Ultimately, this is a partnership, between the representatives of your business, and the photographer, with a common goal of providing the best images to help the business to sell their goods and/or services. Contact http://www.pixyst.com for support with developing your imaging strategy.
Are you involved in any service in which trust is a major selling point? Do you have an online presence? Then people want to see who you are. They want to see what you look like, and then they are going to draw conclusions based on the images they see of you. You want those conclusions (impulsive as they may be) to be in your favor. People form opinions about you based on the visuals you present, and there is no substitute for a good first impression.
You want your customer-facing representatives to have strong headshots on your website and other collateral. The look should be consistent from one image to another and it would be nice if you did not have to face logistical challenges of having everyone go off and look for a photo studio. What if the studio could come to you.
All you need is a conference room and we can set up a studio with backdrop and lighting right in your premises. Very precise direction is provided, so the subject never has wonder what to do while in front of the camera. The result is a minimum of time expended and a maximum of convenience – a win-win.
Sometimes you don’t just want a picture made. Sometimes there are real challenges. Take, for example, this team of realtors who needed a group photo done:
This was going to be used in various marketing collateral. In print, and online. The clean white background meant that it would integrate smoothly with the page. The only problem was that there were logistical challenges. The team members could not (for scheduling and location reasons) be at the same place at the same time for the photo.
The solution was to photograph them separately and then composite the images together:
Keeping lighting, distance to subject, camera height, and focal length consistent meant that the individual images could be brought together into one believable whole. What challenges do you face in getting the right images for your marketing? Let us help you find solutions, contact us at http://www.pixyst.com.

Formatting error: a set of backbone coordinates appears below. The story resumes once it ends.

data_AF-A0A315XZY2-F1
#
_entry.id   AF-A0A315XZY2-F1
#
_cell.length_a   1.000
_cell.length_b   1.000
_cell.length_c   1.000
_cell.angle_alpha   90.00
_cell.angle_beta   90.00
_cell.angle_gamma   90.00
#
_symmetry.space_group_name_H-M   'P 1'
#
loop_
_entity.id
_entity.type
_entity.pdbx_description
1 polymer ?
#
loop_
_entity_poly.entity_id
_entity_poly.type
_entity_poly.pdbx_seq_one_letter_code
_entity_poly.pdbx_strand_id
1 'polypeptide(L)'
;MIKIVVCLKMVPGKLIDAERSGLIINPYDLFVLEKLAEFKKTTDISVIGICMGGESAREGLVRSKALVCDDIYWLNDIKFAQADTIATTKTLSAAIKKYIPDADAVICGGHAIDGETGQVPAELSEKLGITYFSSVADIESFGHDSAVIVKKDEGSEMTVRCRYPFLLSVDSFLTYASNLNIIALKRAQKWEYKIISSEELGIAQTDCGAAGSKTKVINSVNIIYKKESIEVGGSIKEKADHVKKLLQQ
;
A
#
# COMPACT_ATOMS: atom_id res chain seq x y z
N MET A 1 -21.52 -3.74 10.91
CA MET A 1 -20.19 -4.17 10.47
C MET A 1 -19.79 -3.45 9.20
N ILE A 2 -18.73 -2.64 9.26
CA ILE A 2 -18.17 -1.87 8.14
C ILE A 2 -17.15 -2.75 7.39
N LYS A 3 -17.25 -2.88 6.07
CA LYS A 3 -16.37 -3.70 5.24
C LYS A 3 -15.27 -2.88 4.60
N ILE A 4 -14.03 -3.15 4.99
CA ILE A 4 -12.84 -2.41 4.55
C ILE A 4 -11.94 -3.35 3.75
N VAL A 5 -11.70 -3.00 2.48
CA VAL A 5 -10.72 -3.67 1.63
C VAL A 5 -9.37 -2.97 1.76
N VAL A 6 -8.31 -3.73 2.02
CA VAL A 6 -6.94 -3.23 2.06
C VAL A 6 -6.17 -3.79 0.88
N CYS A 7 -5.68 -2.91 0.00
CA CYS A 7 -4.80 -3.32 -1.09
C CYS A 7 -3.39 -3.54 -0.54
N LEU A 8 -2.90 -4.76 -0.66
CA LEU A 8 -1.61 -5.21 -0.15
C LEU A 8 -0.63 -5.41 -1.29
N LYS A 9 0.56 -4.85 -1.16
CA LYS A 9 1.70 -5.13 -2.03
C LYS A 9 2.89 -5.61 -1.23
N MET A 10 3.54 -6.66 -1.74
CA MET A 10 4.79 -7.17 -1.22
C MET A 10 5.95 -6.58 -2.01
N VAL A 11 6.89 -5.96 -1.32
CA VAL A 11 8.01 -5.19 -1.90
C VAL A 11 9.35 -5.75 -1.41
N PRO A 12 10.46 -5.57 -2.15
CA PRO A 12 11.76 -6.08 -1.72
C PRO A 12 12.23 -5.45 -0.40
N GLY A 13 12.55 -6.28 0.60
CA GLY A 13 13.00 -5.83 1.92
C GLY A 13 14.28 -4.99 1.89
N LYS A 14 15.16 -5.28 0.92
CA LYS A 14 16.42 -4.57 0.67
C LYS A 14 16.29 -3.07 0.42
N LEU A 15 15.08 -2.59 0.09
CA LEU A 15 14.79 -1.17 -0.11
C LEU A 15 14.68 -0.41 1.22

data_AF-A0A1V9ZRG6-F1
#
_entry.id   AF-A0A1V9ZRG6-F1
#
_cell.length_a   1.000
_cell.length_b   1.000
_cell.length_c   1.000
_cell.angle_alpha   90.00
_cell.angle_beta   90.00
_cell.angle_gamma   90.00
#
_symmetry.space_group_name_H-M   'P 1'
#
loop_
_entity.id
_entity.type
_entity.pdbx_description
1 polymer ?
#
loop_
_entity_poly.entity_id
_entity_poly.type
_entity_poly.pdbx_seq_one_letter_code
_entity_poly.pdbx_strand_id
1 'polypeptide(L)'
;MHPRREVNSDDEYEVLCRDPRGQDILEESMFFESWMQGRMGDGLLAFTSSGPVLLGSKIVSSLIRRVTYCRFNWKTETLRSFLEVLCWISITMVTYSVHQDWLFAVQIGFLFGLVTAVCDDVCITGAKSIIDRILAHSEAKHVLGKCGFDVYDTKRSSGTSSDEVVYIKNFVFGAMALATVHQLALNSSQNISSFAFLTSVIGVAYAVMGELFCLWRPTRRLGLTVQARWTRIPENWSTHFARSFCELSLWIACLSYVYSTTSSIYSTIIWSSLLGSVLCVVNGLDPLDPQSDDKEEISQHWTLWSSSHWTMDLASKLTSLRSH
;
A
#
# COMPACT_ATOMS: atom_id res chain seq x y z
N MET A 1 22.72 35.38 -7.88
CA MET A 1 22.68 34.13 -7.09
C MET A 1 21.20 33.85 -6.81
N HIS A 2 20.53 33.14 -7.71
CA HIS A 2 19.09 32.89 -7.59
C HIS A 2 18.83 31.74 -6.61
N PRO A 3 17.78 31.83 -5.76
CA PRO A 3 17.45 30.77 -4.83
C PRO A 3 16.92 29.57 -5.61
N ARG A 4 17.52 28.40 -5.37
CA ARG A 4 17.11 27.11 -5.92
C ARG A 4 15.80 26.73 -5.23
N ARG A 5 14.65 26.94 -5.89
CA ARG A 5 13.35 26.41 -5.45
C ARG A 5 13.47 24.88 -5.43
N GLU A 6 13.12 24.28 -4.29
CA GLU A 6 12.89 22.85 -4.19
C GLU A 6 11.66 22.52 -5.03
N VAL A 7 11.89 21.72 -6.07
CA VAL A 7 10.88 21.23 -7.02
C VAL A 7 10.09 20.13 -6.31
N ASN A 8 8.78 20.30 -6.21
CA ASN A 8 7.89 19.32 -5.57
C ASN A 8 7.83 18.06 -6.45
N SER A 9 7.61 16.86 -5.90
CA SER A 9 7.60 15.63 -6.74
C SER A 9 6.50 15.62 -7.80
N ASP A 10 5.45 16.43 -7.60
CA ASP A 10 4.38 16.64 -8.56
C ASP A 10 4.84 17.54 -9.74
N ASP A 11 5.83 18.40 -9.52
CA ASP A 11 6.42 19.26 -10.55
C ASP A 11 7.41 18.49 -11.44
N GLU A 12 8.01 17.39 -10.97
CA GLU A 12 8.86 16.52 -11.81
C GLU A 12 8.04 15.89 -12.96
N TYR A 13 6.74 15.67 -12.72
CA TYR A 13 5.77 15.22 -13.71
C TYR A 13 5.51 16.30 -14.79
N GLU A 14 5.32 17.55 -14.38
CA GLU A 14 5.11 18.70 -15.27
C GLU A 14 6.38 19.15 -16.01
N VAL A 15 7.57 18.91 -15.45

If you are in a business that involves customer facing, your online presence has to have a way to project the personalities of those people who are the face of the business. Pictures may serve to identify the individual, but beyond that, you want the client to get a sense that they know this person and would like to do business with them. It’s a snap judgment, but it’s real and you want it to work in your favor.
While there are different styles of headshot, you want something that relates to your personality type and the message you are trying to send. Cinematic Headshots are a style of headshot branded by Dylan Patrick. They have now been introduced to Phoenix, AZ.
They can be done literally anywhere – an office hallway, parking lot, anywhere. They make the subject look professional, yet approachable. I give all the direction you need, and the results are always excellent.
The image below was the setup for the result obtained above. Even when your environment does not look particularly attractive, you get a beautiful out-of-focus background that enhances your look. You can see more examples here. If you want to stand out from the crowd, please contact me at firstname.lastname@example.org and give your image a boost. #Headshots, #Executive, #Portraiture, #Phoenix, #Chandler, #Scottsdale, #AZ
In the past just getting a photograph correctly exposed and in focus took some effort and know-how on the part of the photographer. With modern cameras, no competence whatsoever is required to get an image correctly exposed and in focus, so anybody can do that. What the camera does not take care of is the creative details of making the image. The camera does not decide where to place anything or even in which direction to point itself.
The first image was made just pointing the camera at the subject and pressing the shutter release with no consideration for background, environment, composition or lighting – which is why the result is mediocre.
Model: Shay Elizabeth
The second image was made from the same spot just turning to a different composition and paying attention to the afore-mentioned important factors in image-making: background, environment, composition and lighting producing a much more pleasing result.
Model: Shay Elizabeth